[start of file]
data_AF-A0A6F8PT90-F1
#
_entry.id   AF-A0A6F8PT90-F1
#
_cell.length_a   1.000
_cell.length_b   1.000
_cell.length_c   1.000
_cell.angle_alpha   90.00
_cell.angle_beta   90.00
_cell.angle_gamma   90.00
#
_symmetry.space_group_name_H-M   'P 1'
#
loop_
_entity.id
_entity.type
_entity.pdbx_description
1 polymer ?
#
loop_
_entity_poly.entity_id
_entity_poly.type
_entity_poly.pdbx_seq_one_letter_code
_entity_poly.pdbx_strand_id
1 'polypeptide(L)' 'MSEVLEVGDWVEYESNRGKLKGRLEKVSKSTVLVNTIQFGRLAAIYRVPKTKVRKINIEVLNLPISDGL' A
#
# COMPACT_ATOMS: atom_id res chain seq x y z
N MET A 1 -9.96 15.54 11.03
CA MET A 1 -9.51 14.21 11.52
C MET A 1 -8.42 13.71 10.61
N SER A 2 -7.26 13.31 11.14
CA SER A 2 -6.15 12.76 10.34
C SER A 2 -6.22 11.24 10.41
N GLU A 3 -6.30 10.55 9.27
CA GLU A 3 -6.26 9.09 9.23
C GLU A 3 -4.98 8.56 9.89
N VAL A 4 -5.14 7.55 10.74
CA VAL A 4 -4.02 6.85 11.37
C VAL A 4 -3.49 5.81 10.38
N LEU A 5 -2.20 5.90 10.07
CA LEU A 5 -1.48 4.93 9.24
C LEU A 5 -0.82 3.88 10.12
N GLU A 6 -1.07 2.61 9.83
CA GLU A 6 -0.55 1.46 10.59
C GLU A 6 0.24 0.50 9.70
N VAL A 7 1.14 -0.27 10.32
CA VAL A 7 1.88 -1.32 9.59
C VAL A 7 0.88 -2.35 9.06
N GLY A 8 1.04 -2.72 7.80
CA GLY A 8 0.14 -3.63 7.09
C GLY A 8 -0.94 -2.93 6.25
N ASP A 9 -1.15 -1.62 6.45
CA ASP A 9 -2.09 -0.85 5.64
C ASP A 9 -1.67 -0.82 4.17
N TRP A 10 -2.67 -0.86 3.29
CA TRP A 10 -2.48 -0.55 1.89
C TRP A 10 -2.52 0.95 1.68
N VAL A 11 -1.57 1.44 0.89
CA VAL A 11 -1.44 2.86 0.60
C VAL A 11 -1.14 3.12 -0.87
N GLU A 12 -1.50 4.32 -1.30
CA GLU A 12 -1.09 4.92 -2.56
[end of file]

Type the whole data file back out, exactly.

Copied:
data_AF-A0A6F8PT90-F1
#
_entry.id   AF-A0A6F8PT90-F1
#
_cell.length_a   1.000
_cell.length_b   1.000
_cell.length_c   1.000
_cell.angle_alpha   90.00
_cell.angle_beta   90.00
_cell.angle_gamma   90.00
#
_symmetry.space_group_name_H-M   'P 1'
#
loop_
_entity.id
_entity.type
_entity.pdbx_description
1 polymer ?
#
loop_
_entity_poly.entity_id
_entity_poly.type
_entity_poly.pdbx_seq_one_letter_code
_entity_poly.pdbx_strand_id
1 'polypeptide(L)' 'MSEVLEVGDWVEYESNRGKLKGRLEKVSKSTVLVNTIQFGRLAAIYRVPKTKVRKINIEVLNLPISDGL' A
#
# COMPACT_ATOMS: atom_id res chain seq x y z
N MET A 1 -9.96 15.54 11.03
CA MET A 1 -9.51 14.21 11.52
C MET A 1 -8.42 13.71 10.61
N SER A 2 -7.26 13.31 11.14
CA SER A 2 -6.15 12.76 10.34
C SER A 2 -6.22 11.24 10.41
N GLU A 3 -6.30 10.55 9.27
CA GLU A 3 -6.26 9.09 9.23
C GLU A 3 -4.98 8.56 9.89
N VAL A 4 -5.14 7.55 10.74
CA VAL A 4 -4.02 6.85 11.37
C VAL A 4 -3.49 5.81 10.38
N LEU A 5 -2.20 5.90 10.07
CA LEU A 5 -1.48 4.93 9.24
C LEU A 5 -0.82 3.88 10.12
N GLU A 6 -1.07 2.61 9.83
CA GLU A 6 -0.55 1.46 10.59
C GLU A 6 0.24 0.50 9.70
N VAL A 7 1.14 -0.27 10.32
CA VAL A 7 1.88 -1.32 9.59
C VAL A 7 0.88 -2.35 9.06
N GLY A 8 1.04 -2.72 7.80
CA GLY A 8 0.14 -3.63 7.09
C GLY A 8 -0.94 -2.93 6.25
N ASP A 9 -1.15 -1.62 6.45
CA ASP A 9 -2.09 -0.85 5.64
C ASP A 9 -1.67 -0.82 4.17
N TRP A 10 -2.67 -0.86 3.29
CA TRP A 10 -2.48 -0.55 1.89
C TRP A 10 -2.52 0.95 1.68
N VAL A 11 -1.57 1.44 0.89
CA VAL A 11 -1.44 2.86 0.60
C VAL A 11 -1.14 3.12 -0.87
N GLU A 12 -1.50 4.32 -1.30
CA GLU A 12 -1.09 4.92 -2.56